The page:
Years later, working as an assistant softball coach at Miami University in Ohio, the inequities she saw in facilities and pay inspired her to go to law school.
And the sport itself, she says, transformed her from a shy girl from a tiny village into a confident trial attorney at the Chicago office of the National Labor Relations Board.
"The confidence I have of being OK with people staring at me, of public speaking -- without athletics I would never be able to do this," says Schrand, 43, who played softball at CMU from 1988 to 1991. "I would be too nervous, too anxious. You worry about a big game, you worry about a trial -- but you do it anyway, because you've learned it won't be as bad as you think."
Schrand grew up in Armada, a village of 1,700 in Macomb County. In her tiny home town, Jeanette was a star, pitching every game. Her freshman year at Central, she only pitched one.
And when she played, there were a lot more people watching than the handful of parents in Armada. "I learned to deal with stress and emotions," she says. "You learn you can do it -- even if it's scary.
Balancing rigorous practices, travel and her college classes was a great learning experience, she says.
"I learned time management, which is so important in my job as an attorney," says Schrand, who is in a civil union with her partner of 15 years. "You have to be efficient with your time. Things have to get done. On the team, ultimately it's up to you to get everything done, just like on the job."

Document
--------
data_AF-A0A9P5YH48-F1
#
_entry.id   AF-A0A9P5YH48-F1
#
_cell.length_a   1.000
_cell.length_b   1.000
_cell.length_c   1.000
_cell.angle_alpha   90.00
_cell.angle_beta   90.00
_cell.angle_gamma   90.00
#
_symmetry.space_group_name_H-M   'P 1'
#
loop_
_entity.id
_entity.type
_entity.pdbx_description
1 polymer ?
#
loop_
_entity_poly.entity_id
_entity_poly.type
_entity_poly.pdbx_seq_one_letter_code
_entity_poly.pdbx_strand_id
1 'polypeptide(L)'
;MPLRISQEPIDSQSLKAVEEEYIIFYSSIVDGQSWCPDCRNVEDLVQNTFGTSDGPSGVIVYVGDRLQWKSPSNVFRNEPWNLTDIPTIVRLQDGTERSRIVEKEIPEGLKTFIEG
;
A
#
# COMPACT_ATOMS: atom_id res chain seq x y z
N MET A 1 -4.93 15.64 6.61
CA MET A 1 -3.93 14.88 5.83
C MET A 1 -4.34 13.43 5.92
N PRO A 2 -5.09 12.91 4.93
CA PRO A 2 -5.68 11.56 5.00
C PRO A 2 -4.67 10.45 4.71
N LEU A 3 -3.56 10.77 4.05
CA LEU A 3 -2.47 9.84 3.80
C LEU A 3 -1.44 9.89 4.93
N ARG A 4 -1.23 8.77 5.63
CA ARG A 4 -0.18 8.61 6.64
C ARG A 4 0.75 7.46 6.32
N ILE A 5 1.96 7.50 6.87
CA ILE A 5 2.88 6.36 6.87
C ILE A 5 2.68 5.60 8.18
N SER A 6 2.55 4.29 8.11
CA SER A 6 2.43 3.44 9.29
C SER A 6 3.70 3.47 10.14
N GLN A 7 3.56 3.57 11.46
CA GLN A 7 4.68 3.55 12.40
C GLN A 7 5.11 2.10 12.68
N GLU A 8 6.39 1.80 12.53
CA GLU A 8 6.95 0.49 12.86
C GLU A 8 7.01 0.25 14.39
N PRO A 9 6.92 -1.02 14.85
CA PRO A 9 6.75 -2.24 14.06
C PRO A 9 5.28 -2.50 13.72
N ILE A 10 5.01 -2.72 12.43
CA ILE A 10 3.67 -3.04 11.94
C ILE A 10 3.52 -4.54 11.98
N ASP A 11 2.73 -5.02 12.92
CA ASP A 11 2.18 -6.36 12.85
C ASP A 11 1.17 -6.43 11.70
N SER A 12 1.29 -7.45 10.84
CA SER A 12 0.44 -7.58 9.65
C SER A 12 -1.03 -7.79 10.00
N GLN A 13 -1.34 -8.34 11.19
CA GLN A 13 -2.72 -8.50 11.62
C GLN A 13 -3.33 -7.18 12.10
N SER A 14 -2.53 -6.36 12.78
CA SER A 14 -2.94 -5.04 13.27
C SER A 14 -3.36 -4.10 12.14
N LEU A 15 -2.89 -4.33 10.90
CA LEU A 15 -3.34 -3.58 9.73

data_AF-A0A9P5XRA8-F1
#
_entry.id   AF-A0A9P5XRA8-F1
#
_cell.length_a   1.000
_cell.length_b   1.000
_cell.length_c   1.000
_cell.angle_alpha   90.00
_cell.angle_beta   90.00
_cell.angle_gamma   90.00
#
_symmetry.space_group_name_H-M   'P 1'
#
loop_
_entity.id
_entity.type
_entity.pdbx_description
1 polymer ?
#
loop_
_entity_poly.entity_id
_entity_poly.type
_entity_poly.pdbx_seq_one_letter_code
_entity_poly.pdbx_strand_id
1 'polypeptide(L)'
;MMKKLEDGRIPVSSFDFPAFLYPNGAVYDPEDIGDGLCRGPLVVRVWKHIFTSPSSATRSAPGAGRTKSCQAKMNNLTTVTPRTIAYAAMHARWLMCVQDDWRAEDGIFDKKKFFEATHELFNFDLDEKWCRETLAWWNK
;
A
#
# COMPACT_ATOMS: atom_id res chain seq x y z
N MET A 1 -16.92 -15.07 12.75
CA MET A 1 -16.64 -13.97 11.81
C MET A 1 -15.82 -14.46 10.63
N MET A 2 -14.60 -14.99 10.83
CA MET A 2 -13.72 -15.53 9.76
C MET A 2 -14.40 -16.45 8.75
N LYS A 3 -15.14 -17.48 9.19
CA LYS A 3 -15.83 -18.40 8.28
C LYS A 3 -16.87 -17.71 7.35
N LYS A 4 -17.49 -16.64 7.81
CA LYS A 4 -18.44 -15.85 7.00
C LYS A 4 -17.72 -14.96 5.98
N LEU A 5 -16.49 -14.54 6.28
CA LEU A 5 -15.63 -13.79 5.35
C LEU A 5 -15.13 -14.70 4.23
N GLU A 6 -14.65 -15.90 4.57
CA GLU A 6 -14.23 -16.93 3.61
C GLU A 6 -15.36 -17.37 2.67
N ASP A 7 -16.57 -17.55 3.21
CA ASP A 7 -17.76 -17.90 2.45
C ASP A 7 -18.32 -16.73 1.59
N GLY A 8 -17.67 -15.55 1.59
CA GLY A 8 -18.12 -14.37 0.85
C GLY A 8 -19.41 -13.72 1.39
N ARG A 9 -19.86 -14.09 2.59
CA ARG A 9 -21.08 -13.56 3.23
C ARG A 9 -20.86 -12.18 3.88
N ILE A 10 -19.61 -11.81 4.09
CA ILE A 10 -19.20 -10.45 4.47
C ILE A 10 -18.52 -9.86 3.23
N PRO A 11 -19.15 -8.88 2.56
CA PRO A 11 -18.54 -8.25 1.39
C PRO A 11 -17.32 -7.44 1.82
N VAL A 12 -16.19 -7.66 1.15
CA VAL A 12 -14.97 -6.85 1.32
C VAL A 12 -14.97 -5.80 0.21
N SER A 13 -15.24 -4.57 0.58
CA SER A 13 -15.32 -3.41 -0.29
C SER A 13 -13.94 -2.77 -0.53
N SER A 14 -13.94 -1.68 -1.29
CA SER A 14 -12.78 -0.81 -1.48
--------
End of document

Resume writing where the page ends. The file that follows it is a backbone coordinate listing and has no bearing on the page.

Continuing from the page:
Like many female athletes, Schrand tells how much she learned from her coach.
"Margo taught us attention to detail," she says of CMU softball coach, Margo Jonker. "She called it 'seriousness of purpose.' You don't walk onto the field, she would tell us, you run. Things like that. As an attorney, I have to manage all the little details of a case so I have a good outcome."
Ask Schrand what part softball played in her overall college education, and she laughs.
"It wasn't part of it," she says. "It was all of it. My memories of my undergrad time are almost all about softball.
"You learn what it's like to work in a group, how to get along with them, how much is leading and how much is following," she says. "When it comes down to it, so much of life is about how well you get along with people.
"It's impossible to consider what my life would be like without it," she says. "The people I met, the confidence I gained, feeling comfortable with who I am.
"I wouldn't be who I am without my experience in athletics."